Auerbach Lecture: Nancy Stahl & Zina Saunders
Yesterday I sat in on one of the best Auerbach lectures I’ve attended to date. Granted I was excited from the get go because these are artists in the field in which I am pursuing a career. Also my department professors are the one’s who invited them up and I completely trust their judgment.
Nancy Stahl presented first, and once she got over the horror of the image quality from the projector, her lecture was full of little jokes and impressive pieces. She got her fair share of “oohs”s and “oh!”s while she went through her gallery of work as we recognized pieces found on butter containers and postage stamps. One of her stamps has been printed 8 billion times. Dennis Nolan pointed out that means every single person on Earth could have one if they were handed out. That’s pretty crazy considering an illustrator wants to have their work out to as many people as possible. In most cases it’s not a limited edition scenario. It was comforting to know that Nancy’s style has changed and grown with her. So often we (at the art school) get hung up of the idea that we need to establish a style so as to be known for it. Meanwhile, many of us, I dare say most of us, aren’t ready to commit to anything, especially not a fabricated style. So her showing us a retrospective of her work since her college days that ranged from colored pencil to knitting was really uplifting.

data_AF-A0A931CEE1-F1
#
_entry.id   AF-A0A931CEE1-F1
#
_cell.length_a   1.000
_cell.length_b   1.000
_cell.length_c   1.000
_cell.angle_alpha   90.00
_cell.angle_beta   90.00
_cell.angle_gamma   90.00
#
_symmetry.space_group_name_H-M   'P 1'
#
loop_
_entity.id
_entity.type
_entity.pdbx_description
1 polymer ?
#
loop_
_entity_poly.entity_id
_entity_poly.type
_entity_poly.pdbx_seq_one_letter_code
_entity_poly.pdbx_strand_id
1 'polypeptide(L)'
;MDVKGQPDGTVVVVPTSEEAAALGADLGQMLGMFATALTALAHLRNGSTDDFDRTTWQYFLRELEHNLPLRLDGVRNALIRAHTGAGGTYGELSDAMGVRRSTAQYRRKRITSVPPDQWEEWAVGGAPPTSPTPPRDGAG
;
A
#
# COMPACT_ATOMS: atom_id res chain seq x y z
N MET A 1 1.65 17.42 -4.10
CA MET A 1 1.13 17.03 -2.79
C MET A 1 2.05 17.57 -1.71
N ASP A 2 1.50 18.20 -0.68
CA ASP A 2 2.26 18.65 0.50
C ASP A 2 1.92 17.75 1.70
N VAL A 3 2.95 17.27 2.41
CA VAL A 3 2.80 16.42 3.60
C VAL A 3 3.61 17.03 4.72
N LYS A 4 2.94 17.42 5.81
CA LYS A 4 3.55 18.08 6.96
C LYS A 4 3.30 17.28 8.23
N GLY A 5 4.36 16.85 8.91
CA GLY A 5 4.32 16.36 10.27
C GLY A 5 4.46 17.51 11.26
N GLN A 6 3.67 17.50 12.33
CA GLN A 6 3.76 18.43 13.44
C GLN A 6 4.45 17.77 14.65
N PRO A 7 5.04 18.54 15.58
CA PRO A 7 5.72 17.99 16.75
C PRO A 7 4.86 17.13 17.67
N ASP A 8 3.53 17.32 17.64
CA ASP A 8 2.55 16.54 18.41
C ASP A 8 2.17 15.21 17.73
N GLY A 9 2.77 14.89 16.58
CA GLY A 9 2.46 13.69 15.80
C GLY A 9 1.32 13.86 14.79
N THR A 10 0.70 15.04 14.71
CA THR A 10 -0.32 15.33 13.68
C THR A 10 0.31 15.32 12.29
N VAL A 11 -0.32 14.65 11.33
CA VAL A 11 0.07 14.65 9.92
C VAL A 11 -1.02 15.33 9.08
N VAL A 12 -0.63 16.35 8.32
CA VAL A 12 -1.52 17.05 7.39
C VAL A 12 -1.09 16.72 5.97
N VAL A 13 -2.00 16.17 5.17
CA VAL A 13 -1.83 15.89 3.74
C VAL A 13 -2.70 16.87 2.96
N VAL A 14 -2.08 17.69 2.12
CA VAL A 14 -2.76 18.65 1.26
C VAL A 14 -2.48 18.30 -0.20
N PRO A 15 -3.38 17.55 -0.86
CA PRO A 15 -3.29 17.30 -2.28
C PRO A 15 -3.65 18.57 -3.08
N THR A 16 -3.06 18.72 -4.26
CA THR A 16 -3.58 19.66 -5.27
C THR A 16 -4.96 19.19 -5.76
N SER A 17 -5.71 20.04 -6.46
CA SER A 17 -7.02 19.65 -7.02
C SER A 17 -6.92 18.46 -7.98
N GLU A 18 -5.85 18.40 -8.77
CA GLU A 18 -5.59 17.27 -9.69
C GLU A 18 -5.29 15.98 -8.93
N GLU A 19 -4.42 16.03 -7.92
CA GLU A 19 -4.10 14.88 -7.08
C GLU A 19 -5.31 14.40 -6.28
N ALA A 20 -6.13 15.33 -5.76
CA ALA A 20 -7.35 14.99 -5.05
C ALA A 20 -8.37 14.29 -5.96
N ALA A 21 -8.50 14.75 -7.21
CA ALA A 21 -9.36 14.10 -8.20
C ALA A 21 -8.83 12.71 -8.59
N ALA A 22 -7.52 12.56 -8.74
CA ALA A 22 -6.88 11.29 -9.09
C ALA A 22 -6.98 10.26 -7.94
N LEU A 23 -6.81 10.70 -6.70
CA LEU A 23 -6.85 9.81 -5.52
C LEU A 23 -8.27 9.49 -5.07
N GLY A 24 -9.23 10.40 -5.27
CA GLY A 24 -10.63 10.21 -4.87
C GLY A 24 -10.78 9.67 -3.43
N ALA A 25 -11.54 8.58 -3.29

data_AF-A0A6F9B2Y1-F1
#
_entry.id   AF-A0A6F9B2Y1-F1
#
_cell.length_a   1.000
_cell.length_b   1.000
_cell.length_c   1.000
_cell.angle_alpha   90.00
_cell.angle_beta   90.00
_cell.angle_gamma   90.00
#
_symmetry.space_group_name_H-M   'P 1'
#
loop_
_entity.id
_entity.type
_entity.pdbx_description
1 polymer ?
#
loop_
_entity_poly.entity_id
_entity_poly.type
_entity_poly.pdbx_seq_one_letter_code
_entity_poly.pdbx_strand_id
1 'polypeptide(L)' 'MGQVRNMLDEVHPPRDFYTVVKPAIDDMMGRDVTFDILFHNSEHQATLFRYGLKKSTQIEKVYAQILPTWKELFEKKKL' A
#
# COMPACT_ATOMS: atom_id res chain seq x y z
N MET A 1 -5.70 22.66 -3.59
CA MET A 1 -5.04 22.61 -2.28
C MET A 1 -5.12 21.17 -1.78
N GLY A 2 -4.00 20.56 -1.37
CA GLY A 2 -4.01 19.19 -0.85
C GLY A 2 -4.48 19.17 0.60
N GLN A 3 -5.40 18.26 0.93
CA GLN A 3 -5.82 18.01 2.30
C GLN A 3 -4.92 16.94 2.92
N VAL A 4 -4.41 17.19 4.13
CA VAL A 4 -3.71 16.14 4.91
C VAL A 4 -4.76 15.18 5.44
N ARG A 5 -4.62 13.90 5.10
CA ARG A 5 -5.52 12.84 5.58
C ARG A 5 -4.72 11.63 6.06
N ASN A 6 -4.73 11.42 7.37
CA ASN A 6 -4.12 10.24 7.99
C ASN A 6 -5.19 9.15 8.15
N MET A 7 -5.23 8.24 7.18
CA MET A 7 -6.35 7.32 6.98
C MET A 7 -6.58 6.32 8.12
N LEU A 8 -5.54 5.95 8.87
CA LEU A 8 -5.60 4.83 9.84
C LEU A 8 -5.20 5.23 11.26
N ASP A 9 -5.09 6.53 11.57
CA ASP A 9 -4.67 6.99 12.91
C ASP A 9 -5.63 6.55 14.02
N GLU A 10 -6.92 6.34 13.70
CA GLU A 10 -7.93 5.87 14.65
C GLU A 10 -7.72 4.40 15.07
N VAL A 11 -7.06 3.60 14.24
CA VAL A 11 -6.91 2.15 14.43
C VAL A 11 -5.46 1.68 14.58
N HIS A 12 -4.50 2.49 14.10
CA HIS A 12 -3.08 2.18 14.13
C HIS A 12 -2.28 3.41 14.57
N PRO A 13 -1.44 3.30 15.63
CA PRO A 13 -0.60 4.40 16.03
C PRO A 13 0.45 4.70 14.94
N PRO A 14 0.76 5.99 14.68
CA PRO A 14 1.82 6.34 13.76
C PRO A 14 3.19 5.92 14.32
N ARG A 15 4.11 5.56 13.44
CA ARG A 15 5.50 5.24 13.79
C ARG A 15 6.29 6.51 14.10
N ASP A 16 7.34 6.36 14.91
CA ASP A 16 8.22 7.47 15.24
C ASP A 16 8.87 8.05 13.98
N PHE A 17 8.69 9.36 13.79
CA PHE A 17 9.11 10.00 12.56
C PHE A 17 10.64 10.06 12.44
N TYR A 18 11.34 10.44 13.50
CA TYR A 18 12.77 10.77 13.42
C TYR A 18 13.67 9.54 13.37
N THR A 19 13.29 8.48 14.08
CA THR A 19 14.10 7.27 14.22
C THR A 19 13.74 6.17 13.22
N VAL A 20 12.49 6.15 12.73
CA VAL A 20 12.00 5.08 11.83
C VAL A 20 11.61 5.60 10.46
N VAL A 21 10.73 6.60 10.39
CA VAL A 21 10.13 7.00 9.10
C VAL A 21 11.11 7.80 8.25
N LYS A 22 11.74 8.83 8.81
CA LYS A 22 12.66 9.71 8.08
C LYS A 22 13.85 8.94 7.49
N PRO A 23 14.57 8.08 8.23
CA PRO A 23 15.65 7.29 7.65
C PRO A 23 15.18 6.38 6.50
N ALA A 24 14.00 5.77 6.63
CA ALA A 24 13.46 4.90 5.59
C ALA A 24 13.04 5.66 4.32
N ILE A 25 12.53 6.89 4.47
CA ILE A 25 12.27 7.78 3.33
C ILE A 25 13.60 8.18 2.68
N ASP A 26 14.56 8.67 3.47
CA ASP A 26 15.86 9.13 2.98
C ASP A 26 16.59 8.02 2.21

Then Zina Saunders took the stage. I have sat in on many, many, artist talks, lectures, demos, and speeches and have found that most deeply visual people are not the best or most engaging speakers on the planet; but damn does this chick have stage presence. Instant captivation by her prevalent NY-I’ll-kick-your-ass accent and the energy behind her stories. Not only was she loud, funny and in your face, but she got serious and teary eyed when appropriate. You can tell that she is deep, yet transparent with her emotions, with a full range of feelings that will take you with her as she jokes about borderline deranged Manhattanites who convince her to teeter across pipelines 12 stories up to examine their rooftop beehives, to biting your lip to hold back tears as she tells of AIDS orphaned woman run bicycle teams across the globe in Africa. Her illustrations mirror her colorful lifestyle in a somewhat painterly style, but the main attraction of her pieces always go back to the story. Whether it’s a subway musician or Sarah Palin riding a T-Rex, you can’t help but take a minute to smile.
So yes super grateful that the Illustration Department got these two F.I.T. (Fashion Institute of Technology) professors to leave their busy Manhattan lives to come speak, inspire and entertain us for an afternoon.